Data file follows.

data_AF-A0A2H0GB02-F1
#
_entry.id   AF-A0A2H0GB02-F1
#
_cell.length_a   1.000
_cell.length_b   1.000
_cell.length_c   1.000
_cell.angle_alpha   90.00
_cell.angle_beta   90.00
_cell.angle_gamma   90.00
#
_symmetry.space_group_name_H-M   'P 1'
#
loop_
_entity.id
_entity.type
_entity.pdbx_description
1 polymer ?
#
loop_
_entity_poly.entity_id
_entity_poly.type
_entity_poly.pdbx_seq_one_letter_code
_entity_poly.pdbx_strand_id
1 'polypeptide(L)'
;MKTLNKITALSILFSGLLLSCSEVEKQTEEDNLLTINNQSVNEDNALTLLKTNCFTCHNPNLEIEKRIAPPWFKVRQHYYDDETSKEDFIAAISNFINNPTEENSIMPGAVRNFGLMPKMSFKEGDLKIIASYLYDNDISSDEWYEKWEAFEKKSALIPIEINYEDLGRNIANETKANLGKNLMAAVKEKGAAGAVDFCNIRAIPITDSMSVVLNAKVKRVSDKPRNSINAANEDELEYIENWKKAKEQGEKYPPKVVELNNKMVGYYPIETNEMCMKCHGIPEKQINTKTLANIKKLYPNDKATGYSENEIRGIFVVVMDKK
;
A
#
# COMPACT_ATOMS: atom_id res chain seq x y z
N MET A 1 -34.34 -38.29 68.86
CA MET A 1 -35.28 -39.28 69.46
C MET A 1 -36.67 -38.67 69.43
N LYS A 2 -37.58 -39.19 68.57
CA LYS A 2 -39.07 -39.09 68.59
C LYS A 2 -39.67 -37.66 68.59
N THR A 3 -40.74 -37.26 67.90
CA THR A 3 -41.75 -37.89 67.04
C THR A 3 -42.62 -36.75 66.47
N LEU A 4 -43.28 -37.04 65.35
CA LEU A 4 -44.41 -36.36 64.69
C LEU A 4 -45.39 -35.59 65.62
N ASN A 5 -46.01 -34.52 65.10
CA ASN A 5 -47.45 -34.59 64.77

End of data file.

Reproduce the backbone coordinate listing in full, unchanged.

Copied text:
data_AF-A0A2H0GB02-F1
#
_entry.id   AF-A0A2H0GB02-F1
#
_cell.length_a   1.000
_cell.length_b   1.000
_cell.length_c   1.000
_cell.angle_alpha   90.00
_cell.angle_beta   90.00
_cell.angle_gamma   90.00
#
_symmetry.space_group_name_H-M   'P 1'
#
loop_
_entity.id
_entity.type
_entity.pdbx_description
1 polymer ?
#
loop_
_entity_poly.entity_id
_entity_poly.type
_entity_poly.pdbx_seq_one_letter_code
_entity_poly.pdbx_strand_id
1 'polypeptide(L)'
;MKTLNKITALSILFSGLLLSCSEVEKQTEEDNLLTINNQSVNEDNALTLLKTNCFTCHNPNLEIEKRIAPPWFKVRQHYYDDETSKEDFIAAISNFINNPTEENSIMPGAVRNFGLMPKMSFKEGDLKIIASYLYDNDISSDEWYEKWEAFEKKSALIPIEINYEDLGRNIANETKANLGKNLMAAVKEKGAAGAVDFCNIRAIPITDSMSVVLNAKVKRVSDKPRNSINAANEDELEYIENWKKAKEQGEKYPPKVVELNNKMVGYYPIETNEMCMKCHGIPEKQINTKTLANIKKLYPNDKATGYSENEIRGIFVVVMDKK
;
A
#
# COMPACT_ATOMS: atom_id res chain seq x y z
N MET A 1 -34.34 -38.29 68.86
CA MET A 1 -35.28 -39.28 69.46
C MET A 1 -36.67 -38.67 69.43
N LYS A 2 -37.58 -39.19 68.57
CA LYS A 2 -39.07 -39.09 68.59
C LYS A 2 -39.67 -37.66 68.59
N THR A 3 -40.74 -37.26 67.90
CA THR A 3 -41.75 -37.89 67.04
C THR A 3 -42.62 -36.75 66.47
N LEU A 4 -43.28 -37.04 65.35
CA LEU A 4 -44.41 -36.36 64.69
C LEU A 4 -45.39 -35.59 65.62
N ASN A 5 -46.01 -34.52 65.10
CA ASN A 5 -47.45 -34.59 64.77